It is often seen in the terminals of car batteries, as it is formed when the battery is discharged (when the battery is recharged, then the lead sulfate can be transformed back to metallic lead and sulfuric acid on the negative terminal or lead dioxide and sulfuric acid on the positive terminal). Lead sulfate is poorly soluble in water.
Lead sulfate is toxic by inhalation, ingestion and skin contact. It is a cumulative poison, and repeated exposure may lead to anemia, kidney damage, eyesight damage or damage to the central nervous system (especially in children). Some lead salts may cause reproductive defects and cardiovascular disturbances. It is also corrosive - contact with the eyes can lead to severe irritation or burns. Typical threshold limit value (above which the substance is harmful) is 0.15 mg/m³.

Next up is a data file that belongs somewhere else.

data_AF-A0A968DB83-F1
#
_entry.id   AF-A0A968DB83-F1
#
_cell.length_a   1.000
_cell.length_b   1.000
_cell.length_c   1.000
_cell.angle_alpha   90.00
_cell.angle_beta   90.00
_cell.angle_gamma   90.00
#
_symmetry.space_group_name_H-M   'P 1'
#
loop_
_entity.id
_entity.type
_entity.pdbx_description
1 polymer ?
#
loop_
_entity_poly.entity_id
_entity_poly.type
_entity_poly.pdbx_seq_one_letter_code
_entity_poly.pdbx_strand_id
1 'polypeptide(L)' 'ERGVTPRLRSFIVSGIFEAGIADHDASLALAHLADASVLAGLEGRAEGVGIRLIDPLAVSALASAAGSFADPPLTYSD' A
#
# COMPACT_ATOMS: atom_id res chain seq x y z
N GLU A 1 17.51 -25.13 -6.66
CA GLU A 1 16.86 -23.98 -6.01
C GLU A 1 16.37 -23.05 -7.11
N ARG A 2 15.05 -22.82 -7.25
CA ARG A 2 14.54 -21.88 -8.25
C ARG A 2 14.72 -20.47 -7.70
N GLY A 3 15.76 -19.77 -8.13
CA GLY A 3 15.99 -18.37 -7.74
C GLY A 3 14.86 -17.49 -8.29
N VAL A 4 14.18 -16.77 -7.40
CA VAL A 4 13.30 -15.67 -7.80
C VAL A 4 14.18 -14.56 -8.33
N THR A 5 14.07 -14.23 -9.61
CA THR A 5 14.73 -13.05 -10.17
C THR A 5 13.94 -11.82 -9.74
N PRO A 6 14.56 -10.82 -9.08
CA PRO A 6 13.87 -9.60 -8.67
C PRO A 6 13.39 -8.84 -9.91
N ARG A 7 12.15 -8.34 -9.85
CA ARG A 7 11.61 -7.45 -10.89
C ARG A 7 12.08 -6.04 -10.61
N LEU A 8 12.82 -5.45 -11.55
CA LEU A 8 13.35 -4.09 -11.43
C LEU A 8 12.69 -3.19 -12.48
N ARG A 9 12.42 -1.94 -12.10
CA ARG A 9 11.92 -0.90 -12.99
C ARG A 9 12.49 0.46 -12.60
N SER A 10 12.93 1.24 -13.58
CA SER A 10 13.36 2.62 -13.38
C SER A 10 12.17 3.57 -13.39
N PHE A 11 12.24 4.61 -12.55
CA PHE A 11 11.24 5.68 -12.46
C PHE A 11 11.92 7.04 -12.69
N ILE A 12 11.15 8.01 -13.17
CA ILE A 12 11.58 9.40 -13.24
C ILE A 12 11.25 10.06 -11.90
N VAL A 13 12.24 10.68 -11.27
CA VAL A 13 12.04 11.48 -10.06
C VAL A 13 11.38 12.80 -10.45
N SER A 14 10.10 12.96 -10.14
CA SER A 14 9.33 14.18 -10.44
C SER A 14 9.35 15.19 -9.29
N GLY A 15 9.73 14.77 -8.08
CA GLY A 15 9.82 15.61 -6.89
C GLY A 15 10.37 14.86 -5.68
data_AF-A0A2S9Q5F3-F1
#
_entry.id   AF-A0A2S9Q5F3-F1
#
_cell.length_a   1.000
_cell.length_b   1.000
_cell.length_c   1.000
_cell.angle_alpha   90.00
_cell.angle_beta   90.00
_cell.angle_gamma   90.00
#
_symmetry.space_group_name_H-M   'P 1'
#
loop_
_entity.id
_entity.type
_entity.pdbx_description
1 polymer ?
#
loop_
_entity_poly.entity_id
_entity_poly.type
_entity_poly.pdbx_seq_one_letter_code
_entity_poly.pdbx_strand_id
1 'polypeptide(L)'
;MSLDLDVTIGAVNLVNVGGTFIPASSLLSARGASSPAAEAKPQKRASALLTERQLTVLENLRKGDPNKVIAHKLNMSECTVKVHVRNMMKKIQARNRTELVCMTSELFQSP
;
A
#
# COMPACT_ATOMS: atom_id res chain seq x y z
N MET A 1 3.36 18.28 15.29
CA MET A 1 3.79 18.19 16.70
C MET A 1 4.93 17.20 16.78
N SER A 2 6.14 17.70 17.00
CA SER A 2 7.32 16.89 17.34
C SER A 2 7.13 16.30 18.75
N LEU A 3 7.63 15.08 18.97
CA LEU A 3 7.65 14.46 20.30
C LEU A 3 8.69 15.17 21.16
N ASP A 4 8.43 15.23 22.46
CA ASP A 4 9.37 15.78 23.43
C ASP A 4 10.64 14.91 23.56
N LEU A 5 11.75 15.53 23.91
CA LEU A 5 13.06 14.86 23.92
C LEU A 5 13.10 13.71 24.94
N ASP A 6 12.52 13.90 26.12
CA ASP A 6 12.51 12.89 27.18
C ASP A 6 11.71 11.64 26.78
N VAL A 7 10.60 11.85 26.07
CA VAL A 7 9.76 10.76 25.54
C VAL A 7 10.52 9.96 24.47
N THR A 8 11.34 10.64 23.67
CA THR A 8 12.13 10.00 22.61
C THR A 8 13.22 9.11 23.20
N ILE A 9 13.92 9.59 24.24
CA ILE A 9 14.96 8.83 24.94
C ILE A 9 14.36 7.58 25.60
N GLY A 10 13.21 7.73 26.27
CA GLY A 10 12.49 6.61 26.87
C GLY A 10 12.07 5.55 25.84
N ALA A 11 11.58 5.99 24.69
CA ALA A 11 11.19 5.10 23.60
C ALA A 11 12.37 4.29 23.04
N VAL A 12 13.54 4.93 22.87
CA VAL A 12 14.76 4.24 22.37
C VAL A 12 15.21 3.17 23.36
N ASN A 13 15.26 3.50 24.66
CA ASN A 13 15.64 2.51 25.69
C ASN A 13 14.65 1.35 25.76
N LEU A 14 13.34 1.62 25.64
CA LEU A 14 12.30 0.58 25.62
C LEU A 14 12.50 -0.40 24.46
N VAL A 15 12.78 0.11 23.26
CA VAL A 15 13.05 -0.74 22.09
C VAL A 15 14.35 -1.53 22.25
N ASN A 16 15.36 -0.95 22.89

At high concentration of sulfuric acid (>80%), hydrogen lead sulfate, Pb(HSO4)2, forms.